So far, we have only been concerned with local extrema of multivariate functions. Since global maxima of functions on #\mathbb{R}^2# are local maxima, and similarly for minima, the local information is relevant to global optimization. For special functions, in particular, for convex or concave functions, we can even draw global conclusions.

Since global extrema of functions depend on the domain on which these functions are defined, we also need to bring the domain into the picture. For the definition of convexity of a function, we need to require that the domain of the function itself is also convex in the following sense:

Let #S# be a domain in the #x,y#-plane. Then #S# is called **convex** if every line segment between two points of #S# lies entirely within #S#.

Let #f# be a function defined on a convex domain #S#. Then #f# is called **convex** if the line segment connecting any two points of the graph of #f# has no points below the graph. In other words, if for all #u#, #v# in #S# and \(0\le t\le 1\), we have \[f(t \cdot u+(1-t)\cdot v) \le t\cdot f(u)+ (1-t)\cdot f(v)\]

If #-f# is convex on #S#, the #f# is called **concave** on #S#.

Examples of convex domains are the

- the whole plane #\Bbb R^2#
- open quadrants, like the set of all #\rv{x,y}# with #x\gt0# and #y\gt 0#
- closed quadrants, like the set of all #\rv{x,y}# with #x\ge0# and #y\ge 0#
- open disks, like the set of all #\rv{x,y}# with #x^2+y^2\lt 1#
- closed disks, like the set of all #\rv{x,y}# with #x^2+y^2\le 1#
- the
**epigraph** of a convex univariate function #f# (like, #f(x) = x^2# or #f(x)=2^x#), that is, the set of all #\rv{x,y}# with #y\ge f(x)#
- a line or a line segment

In the theory on *Concavity and convexity* a definition was given of convexity of a function on the whole plane #\mathbb{R}^2#. The current definition coincides with that definition in that particular case.

We are now ready to formulate a sufficient condition for a local extreme point to be a global extremum.

Let #S# be a convex domain.

- If #f# is a convex function on #S#, then every local minimum of #f# is a global minimum of #f# on #S#.
- If #f# is a concave function on #S#, then every local maximum of #f# is a global maximum of #f# on #S#.

The second statement follows from the first by going over to the function #-f#. Therefore, we focus on proving the first statement.

Let #u# be a local minimum of #f# on #S#. Then, by definition, there is #\epsilon\gt0# such that for all #v\in S# with \(||u-v||\le \epsilon\), we have #f(v)\ge f(u)#.

Assume there exists #v# in #S# such that #f(v)\lt f(u)#. For #0\lt t\le 1#, we have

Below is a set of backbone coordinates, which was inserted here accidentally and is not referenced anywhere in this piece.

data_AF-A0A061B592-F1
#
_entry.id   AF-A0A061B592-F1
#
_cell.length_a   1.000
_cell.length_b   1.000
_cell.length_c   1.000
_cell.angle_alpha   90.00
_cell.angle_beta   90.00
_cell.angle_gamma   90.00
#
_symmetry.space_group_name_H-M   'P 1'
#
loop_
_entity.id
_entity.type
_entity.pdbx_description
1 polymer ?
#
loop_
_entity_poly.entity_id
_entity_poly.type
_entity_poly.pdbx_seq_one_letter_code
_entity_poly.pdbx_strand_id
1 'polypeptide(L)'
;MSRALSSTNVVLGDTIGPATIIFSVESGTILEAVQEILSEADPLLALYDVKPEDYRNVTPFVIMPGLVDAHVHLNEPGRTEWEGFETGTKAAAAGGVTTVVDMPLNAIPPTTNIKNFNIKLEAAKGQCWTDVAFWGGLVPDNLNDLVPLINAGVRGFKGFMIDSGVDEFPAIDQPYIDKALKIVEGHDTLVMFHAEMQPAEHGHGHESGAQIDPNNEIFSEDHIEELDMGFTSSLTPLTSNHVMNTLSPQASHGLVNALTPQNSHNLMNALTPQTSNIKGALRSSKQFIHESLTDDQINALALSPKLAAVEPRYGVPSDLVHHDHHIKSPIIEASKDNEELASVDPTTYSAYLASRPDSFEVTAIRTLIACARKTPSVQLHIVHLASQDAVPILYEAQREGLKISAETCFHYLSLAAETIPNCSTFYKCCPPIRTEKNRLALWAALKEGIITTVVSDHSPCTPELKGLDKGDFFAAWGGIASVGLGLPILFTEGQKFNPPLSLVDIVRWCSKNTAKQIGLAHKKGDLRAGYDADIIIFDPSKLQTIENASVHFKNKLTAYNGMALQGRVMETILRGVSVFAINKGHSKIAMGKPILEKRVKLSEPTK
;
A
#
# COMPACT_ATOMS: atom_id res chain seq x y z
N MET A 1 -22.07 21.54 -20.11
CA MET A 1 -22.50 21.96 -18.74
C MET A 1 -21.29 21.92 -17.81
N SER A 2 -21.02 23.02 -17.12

\[ f((1-t) v+t u) \le (1-t)f(v)+ t f(u) \lt (1-t)f(u)+t f(u)=f(u) \]

Choose #t=\min\left(1,\frac{\epsilon}{||u-v||}\right)#, so \[||\left((1-t)u+t v\right)-u|| \lt \epsilon\] Then, by the above, we have \(f((1-t)u+t v)\lt f(u)\), but by the definition of local minimality and choice of #\epsilon#, we have #f((1-t)u+t v)\ge f(u)#, a contradiction.

We conclude that, for each #v# in #S#, we have #f(v)\ge f(u)#. This means that #u# is a global minimum of #f# on #S#.

In the case of a differentiable convex function on a complex domain, we can even conclude that stationary points are global extrema.

Suppose that #S# is a convex domain and #f# a differentiable function on #S# with continuous partial derivatives.

- If #f# is convex, then every stationary point of #f# in #S# is a global minimum.
- If #f# is concave, then every stationary point of #f# in #S# is a global maximum.

The second statement is an immediate consequence of the first, since #-f# is convex if and only if #f# is concave. Therefore, we focus on a proof of the first statement.

Let #u=\rv{u_1,u_2}# and #v=\rv{v_1,v_2}# be arbitrary points of #S# and let #t\in\ivoc{0}{1}#. From convexity of #f# we draw the following conclusion: \[\begin{array}{rcl}f(t\cdot u+(1-t)\cdot v) &\le& t\cdot f(u)+ (1-t)\cdot f(v) \\ &&\phantom{xx}\color{blue}{\text{convexity of }f}\\ t\cdot\left( f(u)-f(v)\right) &\ge& f(v+t\cdot (u-v))-f(v) \\ &&\phantom{xx}\color{blue}{\text{terms rearranged}}\\ f(u)-f(v)&\ge&\dfrac{f(v+t\cdot (u-v))-f(v)}{t} \\ &&\phantom{xx}\color{blue}{\text{both sides divided by }t}\\ f(u)-f(v)&\ge&\left.\dfrac{\dd}{\dd t}\left(f(v+t\cdot (u-v))-f(v)\right) \right|_{t=0}\\ &&\phantom{xx}\color{blue}{\text{limit taken for }t\downarrow 0}\\ f(u)-f(v)&\ge&f_x(v)\cdot (u_1-v_1) + f_y(v)\cdot(u_2-v_2)\\ &&\phantom{xx}\color{blue}{\text{chain rule for partial differentiation}}\\\end{array}\]

In particular, if #v# is a stationary point of #f# in #S#, then #f_x(v) = f_y(v) = 0#, so the right hand side equals #0# and we find #f(u)\ge f(v)# for all #u# in #S#. This means that #v# is a global minimum.